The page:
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Distance between stacked filters?

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#1 H-Alfa

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Posted 14 March 2019 - 06:30 AM

Hello,

I have an optical train (Borg 101ED+QHY163M+Filterwheel) where I want to combine 3 filters stacked (WO VR1 + IDAS LPS-P2 + LRGBHSO Filters) and have doubts about which distance to use between them. I'm mainly concerned about internal reflections.
What's better? To put them as close as possible? As far as possible?
What do you think?

Thank you.

Alberto.

Enviado desde mi ANE-LX1 mediante Tapatalk

#2 Tapio

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Posted 14 March 2019 - 07:19 AM

I would have them as far as possible.
But I would question why would you use other filters, especially minus violet.
With narrowband at least you need no other filter.
And light pollution filter - maybe with L.
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#3 AIP

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Posted 14 March 2019 - 07:44 AM

What is the function of WO VR1? Is not a apo telescope?

 

In any case, normally, the filter the farther away from the sensor less reflections, but more vignetting.

 

regards, Alvaro.


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#4 TOMDEY

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Posted 14 March 2019 - 08:23 AM

There's also this...  Shows the generalized case where stacked dielectric and/or absorption filters interact to yield a spectral throughput that is... generally degraded... often by a LOT! The analysis is actually based on Feynman's Sum Over Histories!    >>>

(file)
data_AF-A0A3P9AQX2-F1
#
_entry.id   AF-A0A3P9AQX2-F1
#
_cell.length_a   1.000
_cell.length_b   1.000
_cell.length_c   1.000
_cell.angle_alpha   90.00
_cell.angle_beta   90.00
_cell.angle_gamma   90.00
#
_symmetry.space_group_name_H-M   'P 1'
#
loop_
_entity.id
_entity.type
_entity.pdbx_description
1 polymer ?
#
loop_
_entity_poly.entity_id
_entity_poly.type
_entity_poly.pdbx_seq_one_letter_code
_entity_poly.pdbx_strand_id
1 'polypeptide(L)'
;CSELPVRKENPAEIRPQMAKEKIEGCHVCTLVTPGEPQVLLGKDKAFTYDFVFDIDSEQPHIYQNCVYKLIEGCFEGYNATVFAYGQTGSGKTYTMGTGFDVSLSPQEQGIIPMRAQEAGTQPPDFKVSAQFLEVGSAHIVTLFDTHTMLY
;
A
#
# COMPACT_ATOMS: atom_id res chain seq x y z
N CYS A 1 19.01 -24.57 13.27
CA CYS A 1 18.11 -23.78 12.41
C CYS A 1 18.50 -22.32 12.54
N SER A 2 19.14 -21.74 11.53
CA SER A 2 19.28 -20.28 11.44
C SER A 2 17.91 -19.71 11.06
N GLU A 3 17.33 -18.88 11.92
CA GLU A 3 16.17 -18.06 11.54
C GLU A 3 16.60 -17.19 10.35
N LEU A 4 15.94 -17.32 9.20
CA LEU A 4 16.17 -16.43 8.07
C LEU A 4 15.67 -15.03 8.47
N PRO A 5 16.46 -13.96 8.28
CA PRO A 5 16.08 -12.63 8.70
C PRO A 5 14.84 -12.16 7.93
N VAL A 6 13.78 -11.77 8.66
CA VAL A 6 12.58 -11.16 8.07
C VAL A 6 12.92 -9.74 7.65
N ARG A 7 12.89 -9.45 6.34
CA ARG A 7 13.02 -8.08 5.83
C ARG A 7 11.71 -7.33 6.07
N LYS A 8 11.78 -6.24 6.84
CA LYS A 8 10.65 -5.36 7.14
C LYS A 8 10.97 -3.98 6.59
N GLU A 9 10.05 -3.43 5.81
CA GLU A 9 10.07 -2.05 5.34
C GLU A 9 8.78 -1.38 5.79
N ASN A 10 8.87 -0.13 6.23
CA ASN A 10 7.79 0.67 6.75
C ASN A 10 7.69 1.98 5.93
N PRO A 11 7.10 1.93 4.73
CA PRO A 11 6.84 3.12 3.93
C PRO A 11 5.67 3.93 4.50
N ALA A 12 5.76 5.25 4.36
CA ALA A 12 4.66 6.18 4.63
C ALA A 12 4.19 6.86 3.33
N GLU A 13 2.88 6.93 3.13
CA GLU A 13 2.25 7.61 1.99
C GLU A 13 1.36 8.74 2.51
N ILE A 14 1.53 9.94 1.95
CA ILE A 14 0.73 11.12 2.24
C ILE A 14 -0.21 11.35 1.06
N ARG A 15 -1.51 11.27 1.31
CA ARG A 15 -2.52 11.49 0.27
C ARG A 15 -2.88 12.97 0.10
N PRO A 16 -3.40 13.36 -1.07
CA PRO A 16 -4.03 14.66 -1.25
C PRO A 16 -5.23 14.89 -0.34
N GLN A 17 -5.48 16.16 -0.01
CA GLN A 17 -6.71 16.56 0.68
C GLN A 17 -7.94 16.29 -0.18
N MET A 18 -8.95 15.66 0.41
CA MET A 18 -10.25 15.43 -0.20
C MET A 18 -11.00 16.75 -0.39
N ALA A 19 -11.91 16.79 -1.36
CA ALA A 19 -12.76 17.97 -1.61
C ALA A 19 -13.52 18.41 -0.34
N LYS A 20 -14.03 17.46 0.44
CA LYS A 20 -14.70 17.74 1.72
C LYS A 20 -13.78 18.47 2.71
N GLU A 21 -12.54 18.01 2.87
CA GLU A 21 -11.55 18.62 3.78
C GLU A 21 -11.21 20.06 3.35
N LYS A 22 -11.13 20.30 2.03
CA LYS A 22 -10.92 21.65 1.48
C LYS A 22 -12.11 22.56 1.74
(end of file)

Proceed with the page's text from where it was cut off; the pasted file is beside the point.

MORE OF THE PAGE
Anyway, the recommendation is to avoid stacking filters... if at all possible!    Tom

Attached Thumbnails

  • 12.1 95 Toms Filter Paper Excerpt 1.jpg
  • 12.2 95 Toms Filter Paper Excerpt 2.jpg
  • 12.3 95 Toms Filter Paper Excerpt 3.jpg
  • 12.4 95 Toms Filter Paper Excerpt 4.jpg

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#5 H-Alfa

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Posted 14 March 2019 - 01:29 PM

Hello,

 

Thank you for the replies. Ok, so the farther form the sensor, the better...but how about the distance between them? Because my first thought is to put LPS+VR1 togheter, very far from the sensor...

 

I use the VR1 beacuse I noticed bloated blue stars when I started to use the QHY163. Before, I shooted with DSLR without noticeable issues, so I suspect that this scopes are optimized mainly for DSLR imaging. There are other threads in this forum that notice also that Borg scopes are not as well corrected in the full spectrum as a FSQ, for example, and I suspect that the QHY163, that is more sensitive in the blue spectrum, pushes the optics "out of the limits". I have read also that this effect can be mitigated with a Baader Fringe Killer, but before spending money on it, I checked my old stuff and found this filter. I have to perfom more tests, but seems to work well.

 

I use the LPS-P2 in front of the filter wheel instead of using it as a L channel because I want to correct also the RGB channels for LRGB imaging. When I plan to do LHRGB, I plan to let it attached, to take profit from the automatization that I plan to achieve (start sequence and go to sleep...)

 

Finally, I have a mechanical constrain that I have to deal with If I want to achieve the automatization that I have talked about.

The Borg uses a helical focuser that has some free play, when unlocked and focused outwards. I have adjusted the drawtube to reach focus very inwards, so I'm interested in to keep the focus point as fixed as possible. That leads me to consider to let all the filters attatched even loosing some transmission efficiency, but as noticed in your last reply (Thank you Tomdey) I should make an in deep test to determine how much this stacking will degrade my images.

 

Alberto.


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#6 bob71741

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Posted 14 March 2019 - 06:06 PM